"When you correct writing, they'll say, 'It's just your opinion,' which is infuriating. Bad grammar and spelling and sentences being wrong... it's just bad writing." "There is an incredible sense of entitlement for people who don't deserve it. They'll come in right out of college and don't understand why they're not getting promoted in three months. Self-esteem for them meant you're the focus of society's attention."
After sitting together with a friend this past weekend, we got into an interesting discussion about the visible differences in self-esteem between people in the US and Japan. Just by examining an average person from each country, it is apparent as to what type of societal standards and expectations are placed on them that eventually shape their perception of themselves and their surroundings.
In Japan, perception plays a significant role within society. People pay a great deal of attention to others' image, but care equally as much about how they are perceived by others. The societal rules dictate the idea of "right" and "wrong" and are firmly cemented, thus pressuring people to follow what is deemed "correct" by these standards. Disciplinary measures are strictly implemented, forcing those who "stand out of line to get hammered back in" (a commonly known expression in Japan). Japanese are told not to question the reasons as to why something is the case, but instead, are to just follow orders as told. While this approach is effective at disciplining people to discern right from wrong or good from bad, it prevents people from further developing an understanding of self. People work hard to fulfill the standards set by society, but it counters people from gaining individual strength or attaining some sort of self-worth.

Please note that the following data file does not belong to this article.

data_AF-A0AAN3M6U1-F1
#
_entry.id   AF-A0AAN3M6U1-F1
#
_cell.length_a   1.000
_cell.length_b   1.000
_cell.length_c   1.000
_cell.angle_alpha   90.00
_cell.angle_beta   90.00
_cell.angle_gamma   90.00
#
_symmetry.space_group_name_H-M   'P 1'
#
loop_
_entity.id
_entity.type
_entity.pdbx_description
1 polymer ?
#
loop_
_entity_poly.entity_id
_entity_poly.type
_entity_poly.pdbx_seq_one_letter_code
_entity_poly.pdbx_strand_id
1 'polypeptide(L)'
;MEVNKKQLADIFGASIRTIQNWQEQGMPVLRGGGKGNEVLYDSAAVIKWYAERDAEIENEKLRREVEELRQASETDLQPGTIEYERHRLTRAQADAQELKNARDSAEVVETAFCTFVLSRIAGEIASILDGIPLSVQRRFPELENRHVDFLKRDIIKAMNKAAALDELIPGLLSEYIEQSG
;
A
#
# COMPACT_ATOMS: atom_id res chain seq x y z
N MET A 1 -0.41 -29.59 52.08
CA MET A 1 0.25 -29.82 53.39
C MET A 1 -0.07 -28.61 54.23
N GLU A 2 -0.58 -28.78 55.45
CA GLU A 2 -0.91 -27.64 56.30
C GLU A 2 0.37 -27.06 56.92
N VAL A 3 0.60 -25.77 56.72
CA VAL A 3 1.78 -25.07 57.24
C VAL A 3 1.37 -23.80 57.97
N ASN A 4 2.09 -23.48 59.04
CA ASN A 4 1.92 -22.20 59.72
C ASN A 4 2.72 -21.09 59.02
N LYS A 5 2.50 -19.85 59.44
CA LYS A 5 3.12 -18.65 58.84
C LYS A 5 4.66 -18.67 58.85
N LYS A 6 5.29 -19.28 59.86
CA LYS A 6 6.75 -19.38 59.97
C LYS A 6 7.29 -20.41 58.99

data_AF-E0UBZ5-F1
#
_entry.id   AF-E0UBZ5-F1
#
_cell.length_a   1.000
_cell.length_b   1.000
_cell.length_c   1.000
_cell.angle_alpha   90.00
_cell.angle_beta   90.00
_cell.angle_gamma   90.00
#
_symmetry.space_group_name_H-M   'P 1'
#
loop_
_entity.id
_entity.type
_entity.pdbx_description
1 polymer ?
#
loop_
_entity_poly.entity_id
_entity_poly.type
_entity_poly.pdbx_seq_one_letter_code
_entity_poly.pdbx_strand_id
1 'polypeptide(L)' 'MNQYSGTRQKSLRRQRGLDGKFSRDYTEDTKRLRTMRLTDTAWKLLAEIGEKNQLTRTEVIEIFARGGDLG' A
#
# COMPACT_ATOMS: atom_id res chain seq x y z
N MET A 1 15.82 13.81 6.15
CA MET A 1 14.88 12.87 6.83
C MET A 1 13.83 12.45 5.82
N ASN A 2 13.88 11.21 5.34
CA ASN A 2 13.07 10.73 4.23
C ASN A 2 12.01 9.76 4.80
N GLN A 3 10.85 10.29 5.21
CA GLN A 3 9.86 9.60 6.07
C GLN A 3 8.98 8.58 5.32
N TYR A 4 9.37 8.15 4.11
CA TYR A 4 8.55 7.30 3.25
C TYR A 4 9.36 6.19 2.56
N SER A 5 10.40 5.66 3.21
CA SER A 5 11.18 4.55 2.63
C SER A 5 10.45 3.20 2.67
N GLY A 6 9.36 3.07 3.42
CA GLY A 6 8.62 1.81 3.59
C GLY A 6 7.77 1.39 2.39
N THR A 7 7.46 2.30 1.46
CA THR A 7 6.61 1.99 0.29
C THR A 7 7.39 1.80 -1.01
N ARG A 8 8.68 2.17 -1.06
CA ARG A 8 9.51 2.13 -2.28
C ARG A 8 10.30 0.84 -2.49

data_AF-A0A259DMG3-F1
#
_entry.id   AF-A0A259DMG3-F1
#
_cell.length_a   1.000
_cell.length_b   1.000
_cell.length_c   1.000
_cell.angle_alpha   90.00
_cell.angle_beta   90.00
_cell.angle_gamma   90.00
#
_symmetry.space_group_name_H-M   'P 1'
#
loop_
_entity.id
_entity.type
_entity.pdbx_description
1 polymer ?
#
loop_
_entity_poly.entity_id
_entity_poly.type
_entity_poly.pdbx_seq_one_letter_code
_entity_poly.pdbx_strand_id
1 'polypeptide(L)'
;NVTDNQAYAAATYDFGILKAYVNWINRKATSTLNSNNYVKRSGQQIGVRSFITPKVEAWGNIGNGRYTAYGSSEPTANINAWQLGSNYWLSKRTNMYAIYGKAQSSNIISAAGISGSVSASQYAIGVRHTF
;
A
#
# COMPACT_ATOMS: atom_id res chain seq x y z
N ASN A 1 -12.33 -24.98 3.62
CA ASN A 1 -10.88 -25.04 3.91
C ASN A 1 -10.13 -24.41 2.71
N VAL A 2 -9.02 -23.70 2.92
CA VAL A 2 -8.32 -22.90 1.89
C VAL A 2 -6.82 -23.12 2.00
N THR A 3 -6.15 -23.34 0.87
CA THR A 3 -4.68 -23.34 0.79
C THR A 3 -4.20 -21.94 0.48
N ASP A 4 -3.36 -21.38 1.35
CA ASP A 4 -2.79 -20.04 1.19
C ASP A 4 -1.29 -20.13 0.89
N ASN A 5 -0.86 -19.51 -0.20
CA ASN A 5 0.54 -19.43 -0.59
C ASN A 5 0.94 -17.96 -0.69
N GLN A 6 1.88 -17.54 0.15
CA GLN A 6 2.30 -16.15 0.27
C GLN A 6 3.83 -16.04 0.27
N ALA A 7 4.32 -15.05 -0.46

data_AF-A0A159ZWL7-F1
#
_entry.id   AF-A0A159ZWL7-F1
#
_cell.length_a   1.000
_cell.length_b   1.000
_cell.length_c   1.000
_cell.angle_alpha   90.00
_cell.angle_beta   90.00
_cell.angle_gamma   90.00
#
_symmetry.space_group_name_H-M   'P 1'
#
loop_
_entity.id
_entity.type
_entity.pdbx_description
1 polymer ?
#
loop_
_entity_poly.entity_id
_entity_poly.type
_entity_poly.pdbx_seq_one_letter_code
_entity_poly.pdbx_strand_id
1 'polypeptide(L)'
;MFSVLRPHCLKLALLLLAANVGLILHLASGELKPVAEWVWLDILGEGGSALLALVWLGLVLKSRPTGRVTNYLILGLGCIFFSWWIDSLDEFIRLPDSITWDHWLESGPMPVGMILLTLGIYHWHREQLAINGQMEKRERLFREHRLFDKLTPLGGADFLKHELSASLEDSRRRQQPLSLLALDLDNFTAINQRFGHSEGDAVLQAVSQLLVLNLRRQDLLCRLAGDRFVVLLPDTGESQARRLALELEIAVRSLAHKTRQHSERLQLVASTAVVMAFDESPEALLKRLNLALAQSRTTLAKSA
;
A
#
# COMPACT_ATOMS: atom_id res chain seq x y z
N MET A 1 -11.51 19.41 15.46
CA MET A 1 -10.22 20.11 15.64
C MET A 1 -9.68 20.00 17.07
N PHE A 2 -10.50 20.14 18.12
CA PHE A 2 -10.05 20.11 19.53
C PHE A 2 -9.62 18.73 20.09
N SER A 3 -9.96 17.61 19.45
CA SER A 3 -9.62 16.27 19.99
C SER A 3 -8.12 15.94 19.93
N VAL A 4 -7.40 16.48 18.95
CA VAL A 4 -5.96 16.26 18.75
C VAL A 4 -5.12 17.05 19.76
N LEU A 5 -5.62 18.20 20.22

Sometime during the 1970's in the US, researchers garnered a great deal of attention by pushing what was called the "self-esteem movement." In a nutshell, this movement tried to improve the quality of children's self-worth by positive reinforcement and rewarding everyone with a 'pat on the back, despite winning or losing.' It also enforced the idea that everyone is entitled to their own opinion or ways, no matter if it is the wrong approach or not. Approaches to spankings, dunce hats, and time-outs, became quite controversial at this time, as they were still considered 'normal disciplinary measures.' This movement spawned a new set of ideals as to how to educate future generations of children, thereby creating the now 'modern' USA as we see it today.
Having lived in the US for quite some time, I grew up with these ideologies. I was taught a firm set of standards of 'right' and 'wrong' to follow within society, but was also trained to create my own personal standards to maintain individuality. Despite your differences in values with other people, you also had to accept that people 'chose' their own ideologies in life. While there is a great strength found in individuality, I also was guilty of abusing this privilege. I easily excused other people's opinions of me by reserving it as 'their own' and used any reason to shield my image and actions as being acceptable. This virtually left me with little room for any self-improvement and only made me more vulnerable to real hardship. This mentality enabled me to disregard others' 'actual perceptions,' thereby boosting my own image and self-esteem greater than what it was perceived to be. In order to encourage any sort of inner-growth, I had to apply this pressure to myself on my own.
Several critics in the US of this movement from this article here, are excerpted from this story stating:
Now that I am living in Japan, these set of expectations and standards are completely reversed. I can no longer use this mentality to validate my actions and I am expected to follow the trends to at least maintain an 'average' status. Although it might be perceived by Americans as a 'bad thing,' I don't particularly see it that way. Personally, I feel as though I have grown much more from the societal expectations of living here, something I did not feel back in the US.
While both cultures have their advantages and disadvantages, it is apparent that each culture is an opposite extreme. Elevated self-esteem leaves little room for growth and self-development, whereas lower self-esteem decreases motivation and inner-strength. If given a choice, what method would be more effective in the long-run? What standards better fulfill a well-rounded society?
I leave you with this humorous video of George Carlin and his personal opinions of self-esteem and modern society in the US. Enjoy!